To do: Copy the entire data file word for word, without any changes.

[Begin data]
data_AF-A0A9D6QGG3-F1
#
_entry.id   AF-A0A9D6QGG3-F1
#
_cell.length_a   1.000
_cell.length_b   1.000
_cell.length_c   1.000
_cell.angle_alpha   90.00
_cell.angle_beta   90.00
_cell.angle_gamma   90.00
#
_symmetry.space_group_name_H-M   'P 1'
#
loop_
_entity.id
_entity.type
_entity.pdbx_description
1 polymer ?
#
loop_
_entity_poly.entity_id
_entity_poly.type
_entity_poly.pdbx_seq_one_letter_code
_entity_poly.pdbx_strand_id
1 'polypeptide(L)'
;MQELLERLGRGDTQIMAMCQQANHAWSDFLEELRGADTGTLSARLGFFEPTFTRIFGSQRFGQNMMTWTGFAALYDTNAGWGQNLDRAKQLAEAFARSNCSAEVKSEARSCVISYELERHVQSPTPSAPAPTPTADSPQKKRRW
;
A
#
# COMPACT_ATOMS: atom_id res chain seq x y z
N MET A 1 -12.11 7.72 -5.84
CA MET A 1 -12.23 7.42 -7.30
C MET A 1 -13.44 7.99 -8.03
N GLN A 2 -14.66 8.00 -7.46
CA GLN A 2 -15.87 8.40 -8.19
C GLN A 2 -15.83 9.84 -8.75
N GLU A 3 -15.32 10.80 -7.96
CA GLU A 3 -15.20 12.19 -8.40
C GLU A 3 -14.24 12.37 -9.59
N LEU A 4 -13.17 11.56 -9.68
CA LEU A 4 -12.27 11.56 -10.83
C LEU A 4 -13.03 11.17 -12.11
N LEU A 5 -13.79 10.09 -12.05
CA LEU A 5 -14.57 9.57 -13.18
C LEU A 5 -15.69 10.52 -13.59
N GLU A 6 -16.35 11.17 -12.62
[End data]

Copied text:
data_AF-A0A9D6QGG3-F1
#
_entry.id   AF-A0A9D6QGG3-F1
#
_cell.length_a   1.000
_cell.length_b   1.000
_cell.length_c   1.000
_cell.angle_alpha   90.00
_cell.angle_beta   90.00
_cell.angle_gamma   90.00
#
_symmetry.space_group_name_H-M   'P 1'
#
loop_
_entity.id
_entity.type
_entity.pdbx_description
1 polymer ?
#
loop_
_entity_poly.entity_id
_entity_poly.type
_entity_poly.pdbx_seq_one_letter_code
_entity_poly.pdbx_strand_id
1 'polypeptide(L)'
;MQELLERLGRGDTQIMAMCQQANHAWSDFLEELRGADTGTLSARLGFFEPTFTRIFGSQRFGQNMMTWTGFAALYDTNAGWGQNLDRAKQLAEAFARSNCSAEVKSEARSCVISYELERHVQSPTPSAPAPTPTADSPQKKRRW
;
A
#
# COMPACT_ATOMS: atom_id res chain seq x y z
N MET A 1 -12.11 7.72 -5.84
CA MET A 1 -12.23 7.42 -7.30
C MET A 1 -13.44 7.99 -8.03
N GLN A 2 -14.66 8.00 -7.46
CA GLN A 2 -15.87 8.40 -8.19
C GLN A 2 -15.83 9.84 -8.75
N GLU A 3 -15.32 10.80 -7.96
CA GLU A 3 -15.20 12.19 -8.40
C GLU A 3 -14.24 12.37 -9.59
N LEU A 4 -13.17 11.56 -9.68
CA LEU A 4 -12.27 11.56 -10.83
C LEU A 4 -13.03 11.17 -12.11
N LEU A 5 -13.79 10.09 -12.05
CA LEU A 5 -14.57 9.57 -13.18
C LEU A 5 -15.69 10.52 -13.59
N GLU A 6 -16.35 11.17 -12.62